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First Cut: February CPI restrained by declines in energy

The February Consumer Price Index (CPI) eked out a 0.1% increase month-over-month even as the year-over-year rise of 2.3% remained in line the recent trend. The core CPI — excluding food and energy — was up 0.2% from the prior month and up 2.4% compared to February 2019. Energy prices were down 2.0% from January with gasoline off 3.4%. Food prices were up 0.4% in the month. The BLS said, “Five of the six major grocery store food group indexes increased in February,” and in particular dairy and related products were up a sharp 1.1%.

Shelter costs — which account for about a third of the basket of consumer prices — were up 0.3% in February from January and were up 3.3% compared to a year ago. Rents were up 0.3% from the prior month and Owners’ equivalent rent was up 0.2%.  The strong housing market is likely to keep upward pressure on housing costs. Prices for all items excluding shelter only were flat in February from January, and up 1.9% from February 2019.

There may be a hint of one impact from the outbreak of COVID-19 in the CPI numbers. Prices for airline fares were down 0.3% month-over-month in February. It isn’t unusual for the travel industry to offer discounts to get consumers interested in a mid-winter vacation, but worries about travel in general and in confined spaces in particular may cause the downward direction of airfares to continue until the spread is under control.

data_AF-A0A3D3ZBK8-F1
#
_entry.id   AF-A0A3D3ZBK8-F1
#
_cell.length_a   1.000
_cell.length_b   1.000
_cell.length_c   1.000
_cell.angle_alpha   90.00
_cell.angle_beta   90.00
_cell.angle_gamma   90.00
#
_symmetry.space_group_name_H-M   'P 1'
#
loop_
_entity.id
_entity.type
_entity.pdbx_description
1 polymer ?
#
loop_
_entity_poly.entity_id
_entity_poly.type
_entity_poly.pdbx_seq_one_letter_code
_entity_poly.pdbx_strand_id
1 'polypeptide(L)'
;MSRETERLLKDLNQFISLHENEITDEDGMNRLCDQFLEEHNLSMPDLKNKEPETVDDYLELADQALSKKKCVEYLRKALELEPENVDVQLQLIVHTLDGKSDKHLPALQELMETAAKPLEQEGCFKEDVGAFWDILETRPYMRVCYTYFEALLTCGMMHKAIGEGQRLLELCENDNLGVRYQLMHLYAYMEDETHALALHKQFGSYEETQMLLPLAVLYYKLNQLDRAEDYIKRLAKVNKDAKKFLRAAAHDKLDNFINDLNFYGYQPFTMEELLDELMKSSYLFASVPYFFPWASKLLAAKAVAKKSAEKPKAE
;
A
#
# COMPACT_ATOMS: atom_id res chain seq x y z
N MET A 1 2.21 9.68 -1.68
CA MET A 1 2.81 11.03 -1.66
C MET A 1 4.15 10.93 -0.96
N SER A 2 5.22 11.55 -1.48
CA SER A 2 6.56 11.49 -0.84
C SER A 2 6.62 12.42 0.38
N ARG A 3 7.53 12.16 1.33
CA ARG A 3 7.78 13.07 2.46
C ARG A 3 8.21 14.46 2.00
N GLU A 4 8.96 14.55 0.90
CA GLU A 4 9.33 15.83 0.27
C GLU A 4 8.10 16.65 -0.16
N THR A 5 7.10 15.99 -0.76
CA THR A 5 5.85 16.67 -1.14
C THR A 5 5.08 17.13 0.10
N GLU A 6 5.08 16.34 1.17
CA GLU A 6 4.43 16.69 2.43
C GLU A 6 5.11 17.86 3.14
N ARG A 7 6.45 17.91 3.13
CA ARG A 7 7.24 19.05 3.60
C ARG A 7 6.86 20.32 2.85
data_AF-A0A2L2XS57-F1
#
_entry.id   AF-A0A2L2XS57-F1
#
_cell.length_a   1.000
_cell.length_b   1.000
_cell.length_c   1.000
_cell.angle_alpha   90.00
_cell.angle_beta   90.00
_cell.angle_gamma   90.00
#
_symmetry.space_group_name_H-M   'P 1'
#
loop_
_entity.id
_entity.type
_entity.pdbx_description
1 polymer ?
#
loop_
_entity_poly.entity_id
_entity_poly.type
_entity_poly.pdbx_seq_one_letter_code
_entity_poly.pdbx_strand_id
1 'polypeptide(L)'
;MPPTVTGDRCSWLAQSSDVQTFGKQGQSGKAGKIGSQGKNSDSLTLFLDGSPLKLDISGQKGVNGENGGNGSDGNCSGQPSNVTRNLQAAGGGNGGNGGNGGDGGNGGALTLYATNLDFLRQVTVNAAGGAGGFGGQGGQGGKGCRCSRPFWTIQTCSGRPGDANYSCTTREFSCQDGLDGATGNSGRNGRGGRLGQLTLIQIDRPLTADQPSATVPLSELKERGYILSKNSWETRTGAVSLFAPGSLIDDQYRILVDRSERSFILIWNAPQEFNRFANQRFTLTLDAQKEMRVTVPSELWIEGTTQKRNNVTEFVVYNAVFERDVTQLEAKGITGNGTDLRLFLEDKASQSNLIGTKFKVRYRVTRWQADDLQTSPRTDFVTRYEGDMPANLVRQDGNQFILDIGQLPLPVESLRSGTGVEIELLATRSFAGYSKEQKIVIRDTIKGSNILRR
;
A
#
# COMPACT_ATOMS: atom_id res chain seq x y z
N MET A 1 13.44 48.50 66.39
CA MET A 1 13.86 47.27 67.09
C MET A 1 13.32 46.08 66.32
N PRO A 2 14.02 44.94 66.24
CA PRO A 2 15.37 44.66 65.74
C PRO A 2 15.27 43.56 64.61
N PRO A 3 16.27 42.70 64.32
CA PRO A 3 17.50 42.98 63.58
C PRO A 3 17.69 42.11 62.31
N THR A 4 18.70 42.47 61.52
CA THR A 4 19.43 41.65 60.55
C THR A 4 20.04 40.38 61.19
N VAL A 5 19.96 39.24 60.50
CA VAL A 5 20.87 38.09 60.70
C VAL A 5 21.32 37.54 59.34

There continues to be little or no upward pressure in prices from commodities which were down 0.1% in February from January and up only 1.3% compared to the year-ago month. Services, however, continue to impose firmer gains in prices and were up 0.2% month-over-month and up 3.0% year-over-year.

While Fed policymakers are going to welcome the evidence that consumer price inflation remains tame but within reach of the 2% symmetric target, it isn’t going to be the top of the list for concerns about the outlook for monetary policy when they meet on March 17-18. This is another piece of data that affirms that the US economy was in a “good place” before worries about the risks posed by the spread of COVID-19 began to seriously impact markets and economic behavior.

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